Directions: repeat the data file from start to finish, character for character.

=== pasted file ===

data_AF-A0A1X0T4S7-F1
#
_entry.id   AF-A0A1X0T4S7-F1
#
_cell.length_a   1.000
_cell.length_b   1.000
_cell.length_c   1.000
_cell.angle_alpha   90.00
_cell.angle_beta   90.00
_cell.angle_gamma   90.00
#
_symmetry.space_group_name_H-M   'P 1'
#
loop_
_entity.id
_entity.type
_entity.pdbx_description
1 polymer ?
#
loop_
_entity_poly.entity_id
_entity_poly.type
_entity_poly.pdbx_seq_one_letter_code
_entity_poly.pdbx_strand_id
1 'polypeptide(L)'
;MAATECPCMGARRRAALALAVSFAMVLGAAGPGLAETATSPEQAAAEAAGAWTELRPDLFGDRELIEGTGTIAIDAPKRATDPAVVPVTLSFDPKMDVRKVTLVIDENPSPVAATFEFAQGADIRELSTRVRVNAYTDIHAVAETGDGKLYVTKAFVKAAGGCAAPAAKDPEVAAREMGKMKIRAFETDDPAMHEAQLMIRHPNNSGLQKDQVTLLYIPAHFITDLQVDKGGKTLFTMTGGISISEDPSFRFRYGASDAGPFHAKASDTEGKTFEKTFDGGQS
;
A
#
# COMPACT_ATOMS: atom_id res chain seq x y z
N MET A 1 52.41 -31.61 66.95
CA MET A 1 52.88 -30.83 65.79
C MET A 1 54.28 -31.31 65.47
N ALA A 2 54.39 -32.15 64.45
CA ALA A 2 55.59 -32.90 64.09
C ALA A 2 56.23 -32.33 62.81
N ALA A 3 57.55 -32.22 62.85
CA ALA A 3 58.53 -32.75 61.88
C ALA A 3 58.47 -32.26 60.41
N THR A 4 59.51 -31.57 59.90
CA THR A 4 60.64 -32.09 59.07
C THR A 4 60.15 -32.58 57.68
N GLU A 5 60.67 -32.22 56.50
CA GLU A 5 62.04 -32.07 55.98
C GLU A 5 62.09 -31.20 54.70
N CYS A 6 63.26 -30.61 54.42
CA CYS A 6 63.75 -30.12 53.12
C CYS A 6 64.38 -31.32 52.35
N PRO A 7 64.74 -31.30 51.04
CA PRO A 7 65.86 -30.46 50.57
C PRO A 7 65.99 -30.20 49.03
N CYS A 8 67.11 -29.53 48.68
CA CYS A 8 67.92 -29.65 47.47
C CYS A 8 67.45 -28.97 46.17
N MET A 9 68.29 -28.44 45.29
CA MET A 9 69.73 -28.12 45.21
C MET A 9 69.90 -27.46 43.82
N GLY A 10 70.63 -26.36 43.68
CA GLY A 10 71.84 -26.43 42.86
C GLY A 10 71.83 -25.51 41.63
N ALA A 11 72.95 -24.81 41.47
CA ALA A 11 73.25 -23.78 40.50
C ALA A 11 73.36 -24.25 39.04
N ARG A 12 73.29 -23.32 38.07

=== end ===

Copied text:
data_AF-A0A1X0T4S7-F1
#
_entry.id   AF-A0A1X0T4S7-F1
#
_cell.length_a   1.000
_cell.length_b   1.000
_cell.length_c   1.000
_cell.angle_alpha   90.00
_cell.angle_beta   90.00
_cell.angle_gamma   90.00
#
_symmetry.space_group_name_H-M   'P 1'
#
loop_
_entity.id
_entity.type
_entity.pdbx_description
1 polymer ?
#
loop_
_entity_poly.entity_id
_entity_poly.type
_entity_poly.pdbx_seq_one_letter_code
_entity_poly.pdbx_strand_id
1 'polypeptide(L)'
;MAATECPCMGARRRAALALAVSFAMVLGAAGPGLAETATSPEQAAAEAAGAWTELRPDLFGDRELIEGTGTIAIDAPKRATDPAVVPVTLSFDPKMDVRKVTLVIDENPSPVAATFEFAQGADIRELSTRVRVNAYTDIHAVAETGDGKLYVTKAFVKAAGGCAAPAAKDPEVAAREMGKMKIRAFETDDPAMHEAQLMIRHPNNSGLQKDQVTLLYIPAHFITDLQVDKGGKTLFTMTGGISISEDPSFRFRYGASDAGPFHAKASDTEGKTFEKTFDGGQS
;
A
#
# COMPACT_ATOMS: atom_id res chain seq x y z
N MET A 1 52.41 -31.61 66.95
CA MET A 1 52.88 -30.83 65.79
C MET A 1 54.28 -31.31 65.47
N ALA A 2 54.39 -32.15 64.45
CA ALA A 2 55.59 -32.90 64.09
C ALA A 2 56.23 -32.33 62.81
N ALA A 3 57.55 -32.22 62.85
CA ALA A 3 58.53 -32.75 61.88
C ALA A 3 58.47 -32.26 60.41
N THR A 4 59.51 -31.57 59.90
CA THR A 4 60.64 -32.09 59.07
C THR A 4 60.15 -32.58 57.68
N GLU A 5 60.67 -32.22 56.50
CA GLU A 5 62.04 -32.07 55.98
C GLU A 5 62.09 -31.20 54.70
N CYS A 6 63.26 -30.61 54.42
CA CYS A 6 63.75 -30.12 53.12
C CYS A 6 64.38 -31.32 52.35
N PRO A 7 64.74 -31.30 51.04
CA PRO A 7 65.86 -30.46 50.57
C PRO A 7 65.99 -30.20 49.03
N CYS A 8 67.11 -29.53 48.68
CA CYS A 8 67.92 -29.65 47.47
C CYS A 8 67.45 -28.97 46.17
N MET A 9 68.29 -28.44 45.29
CA MET A 9 69.73 -28.12 45.21
C MET A 9 69.90 -27.46 43.82
N GLY A 10 70.63 -26.36 43.68
CA GLY A 10 71.84 -26.43 42.86
C GLY A 10 71.83 -25.51 41.63
N ALA A 11 72.95 -24.81 41.47
CA ALA A 11 73.25 -23.78 40.50
C ALA A 11 73.36 -24.25 39.04
N ARG A 12 73.29 -23.32 38.07